Shots fired at protesters in Thailand

BANGKOK (AP) – Thousands of troops fired warning shots and tear gas at anti-government protesters rampaging across the Thai capital on Monday, forcing demonstrators to retreat and regroup for what organizers said would be a “final stand.”

For 12 hours, red-shirted protesters and the soldiers locked in a series of running street battles across Bangkok that left at least 79 people injured in a major escalation of the country’s ongoing political turmoil.

Malls and shops were shuttered and official celebrations for the Thai new year were canceled. More than a dozen countries, including the United States, issued travel warnings urging citizens to avoid trips to Thailand and for those already in Bangkok to stay in their hotels and away from the protests.

The violence threatens to slash tourism revenue and could lead to the loss of 200,000 jobs in the industry that directly employs about 2 million people, Kongkrit Hiranyakit, chairman of the Tourism Council of Thailand, said.

As evening fell Monday, some of the 6,000 troops deployed in Bangkok began moving toward Government House, where the protesters have been holding out since March 26. An estimated 5,000 of the demonstrators were gathered in the area.

An army spokesman said troops fired blank bullets into the crowds and live shots overhead.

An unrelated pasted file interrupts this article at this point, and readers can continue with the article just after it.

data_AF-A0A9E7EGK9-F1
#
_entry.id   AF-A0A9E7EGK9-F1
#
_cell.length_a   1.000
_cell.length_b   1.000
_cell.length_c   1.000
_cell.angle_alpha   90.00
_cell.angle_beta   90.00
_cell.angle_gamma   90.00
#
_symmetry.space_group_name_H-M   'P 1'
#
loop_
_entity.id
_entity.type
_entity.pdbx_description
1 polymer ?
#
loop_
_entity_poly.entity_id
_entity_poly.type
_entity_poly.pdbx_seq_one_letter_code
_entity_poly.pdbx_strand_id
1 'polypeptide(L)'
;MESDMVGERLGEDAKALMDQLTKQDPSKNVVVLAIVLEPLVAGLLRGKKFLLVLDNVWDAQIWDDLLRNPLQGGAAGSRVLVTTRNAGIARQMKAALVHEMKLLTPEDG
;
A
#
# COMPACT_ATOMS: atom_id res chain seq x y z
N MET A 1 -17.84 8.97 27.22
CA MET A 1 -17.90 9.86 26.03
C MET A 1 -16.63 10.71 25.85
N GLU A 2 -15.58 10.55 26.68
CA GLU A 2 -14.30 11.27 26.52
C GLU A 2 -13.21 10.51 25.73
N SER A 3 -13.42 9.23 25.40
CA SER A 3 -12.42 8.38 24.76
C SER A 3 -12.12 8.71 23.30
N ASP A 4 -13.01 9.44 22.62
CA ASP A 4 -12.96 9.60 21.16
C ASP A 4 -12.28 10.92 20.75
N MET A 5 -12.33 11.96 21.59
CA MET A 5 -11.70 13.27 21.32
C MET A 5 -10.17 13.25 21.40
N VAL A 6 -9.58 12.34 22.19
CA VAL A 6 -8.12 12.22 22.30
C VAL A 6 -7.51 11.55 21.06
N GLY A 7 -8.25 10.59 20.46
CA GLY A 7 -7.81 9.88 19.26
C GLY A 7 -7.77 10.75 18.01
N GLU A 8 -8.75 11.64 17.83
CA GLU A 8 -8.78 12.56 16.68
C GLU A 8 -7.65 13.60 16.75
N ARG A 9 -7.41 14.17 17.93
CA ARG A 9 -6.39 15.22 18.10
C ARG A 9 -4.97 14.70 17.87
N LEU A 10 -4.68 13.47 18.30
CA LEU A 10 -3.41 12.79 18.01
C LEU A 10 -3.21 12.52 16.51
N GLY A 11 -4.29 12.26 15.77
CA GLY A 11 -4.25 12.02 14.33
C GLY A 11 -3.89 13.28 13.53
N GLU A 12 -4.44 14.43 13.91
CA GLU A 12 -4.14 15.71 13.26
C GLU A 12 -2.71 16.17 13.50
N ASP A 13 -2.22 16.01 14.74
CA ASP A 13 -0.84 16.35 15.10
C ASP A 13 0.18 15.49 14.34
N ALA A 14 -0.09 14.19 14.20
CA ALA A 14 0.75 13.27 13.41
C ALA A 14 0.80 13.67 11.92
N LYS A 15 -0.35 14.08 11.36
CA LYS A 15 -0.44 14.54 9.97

“This will be our final stand. I beg that you return here and face them together,” protest leader Jatuporn Phromphan shouted from a platform. “We will use peaceful means and stay right here to end their violence.”

The demonstrators are demanding the resignation of Prime Minister Abhisit Vejjajiva, saying his four-month-old government came to power illegally.

Hundreds of soldiers and police assembled at the Royal Plaza, about a mile (less than 2 kilometers) from the Government House confronting about 100 female protesters who knelt down and screamed “Please stop, brothers.” Some hugged the soldiers.

Protesters commandeered public buses to block several key intersections, set tires and vehicles on fire and sent two unmanned buses, one of them burning, hurtling toward lines of soldiers. The bus swerved and then ricocheted off trees on the side of the road before coming to a halt, with no one injured. The other bus also crashed without injuring anyone.

In one of several confrontations, a line of troops in full battle gear fired volleys of M-16 fire, most of it aimed above the heads of protesters and turned water cannons on the crowd near Victory Monument, a major traffic circle.

The red-shirted demonstrators are supporters of ousted former Prime Minister Thaksin Shinawatra and want new elections and Abhisit’s ouster. They accuse the country’s elite – the military, judiciary and other unelected officials – of undermining democracy by interfering in politics.